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The Kamehameha butterfly (Vanessa tameamea) is one of the two species of butterfly native to Hawaii (the other is Udara blackburni). The Hawaiian name is pulelehua. This is today a catch-all native term for all butterflies; its origin seems to be pulelo "to float" or "to undulate in the air" + lehua, a Metrosideros polymorpha flower: an animal that floats through the air, from one lehua to another. Alternatively, it is called lepelepe-o-Hina - roughly, "Hina's fringewing" - which is today also used for the introduced Monarch butterfly. The Kamehameha butterfly was named the state insect of Hawaii in 2009, due to the work of a group of 5th graders from Pearl Ridge Elementary. These 5th graders (Robyn-Ashley Amano, Ryan Asuka, Kristi Kimura, Jennifer Loui, Toshiro Yanai and Jenna Yanke) proposed the butterfly as the state insect to various legislators as a project for G.T. (Gifted & Talented).
The caterpillars feed on the leaves of plants in the Urticaceae family, especially those of māmaki (Pipturus albidus) but also ōpuhe (Urera spp.), ʻākōlea (Boehmeria grandis), olonā (Touchardia latifolia), and maʻoloa (Neraudia spp.). Adults eat the sap of koa (Acacia koa) trees.
It is named after the royal House of Kamehameha; the last king of this lineage, Kamehameha V, had died in 1872, a short time before this species was described. The specific name tameamea is an old-fashioned and partially wrong transcription of "Kamehameha". The Hawaiian language has no strict distinction between the voiceless alveolar plosive and voiceless velar plosive; use varies from island to island but today "k" is used as the standard transliteration. The voiceless glottal transition "h" is distinct and should always be pronounced - for example, "aloha" is correct whereas "aloa" is a wrong pronunciation. Thus, while "Tamehameha" would be a legitimate transcription (though considered old-fashioned on most islands), "Tameamea" is not.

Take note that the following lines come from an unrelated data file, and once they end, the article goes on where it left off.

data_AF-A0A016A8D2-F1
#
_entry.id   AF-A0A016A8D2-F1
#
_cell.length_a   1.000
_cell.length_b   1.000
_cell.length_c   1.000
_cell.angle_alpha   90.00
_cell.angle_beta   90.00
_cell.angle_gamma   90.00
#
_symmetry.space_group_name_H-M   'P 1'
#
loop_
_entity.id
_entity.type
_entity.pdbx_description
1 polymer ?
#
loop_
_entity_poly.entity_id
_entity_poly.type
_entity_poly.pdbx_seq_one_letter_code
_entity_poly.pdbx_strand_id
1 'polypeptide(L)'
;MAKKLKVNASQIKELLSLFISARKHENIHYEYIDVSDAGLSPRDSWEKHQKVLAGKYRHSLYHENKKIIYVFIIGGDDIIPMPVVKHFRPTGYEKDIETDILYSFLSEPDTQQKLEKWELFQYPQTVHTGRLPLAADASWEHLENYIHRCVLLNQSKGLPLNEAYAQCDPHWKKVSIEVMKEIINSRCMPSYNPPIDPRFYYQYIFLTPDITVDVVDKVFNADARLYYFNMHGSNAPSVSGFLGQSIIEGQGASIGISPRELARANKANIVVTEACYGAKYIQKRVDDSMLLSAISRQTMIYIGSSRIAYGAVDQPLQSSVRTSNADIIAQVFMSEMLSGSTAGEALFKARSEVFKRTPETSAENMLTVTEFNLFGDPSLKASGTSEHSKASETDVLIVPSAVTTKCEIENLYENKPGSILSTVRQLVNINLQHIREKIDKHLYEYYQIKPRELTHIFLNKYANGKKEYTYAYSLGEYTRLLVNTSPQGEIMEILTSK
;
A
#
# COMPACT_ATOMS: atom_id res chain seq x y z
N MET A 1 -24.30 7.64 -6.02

References[edit source | edit]
- Oboyski, Peter T. "Kamehameha Butterfly (Vanessa tameamea)". University of California, Berkeley. Retrieved 2009-11-27.
- Cooper, Jeanne (2009-08-21). "Emblems of Hawaii a surprise to many Americans". San Francisco Chronicle.
- Scott, James A. (1992). The Butterflies of North America: A Natural History and Field Guide. Stanford University Press. p. 281. ISBN 978-0-8047-2013-7.
- Little Jr., Elbert L.; Roger G. Skolmen (1989). "Mamaki" (PDF). Common Forest Trees of Hawaii (Native and Introduced). United States Forest Service.
- Scott, Susan (1991). Plants and Animals of Hawaii. Bess Press. p. 78. ISBN 978-0-935848-93-9.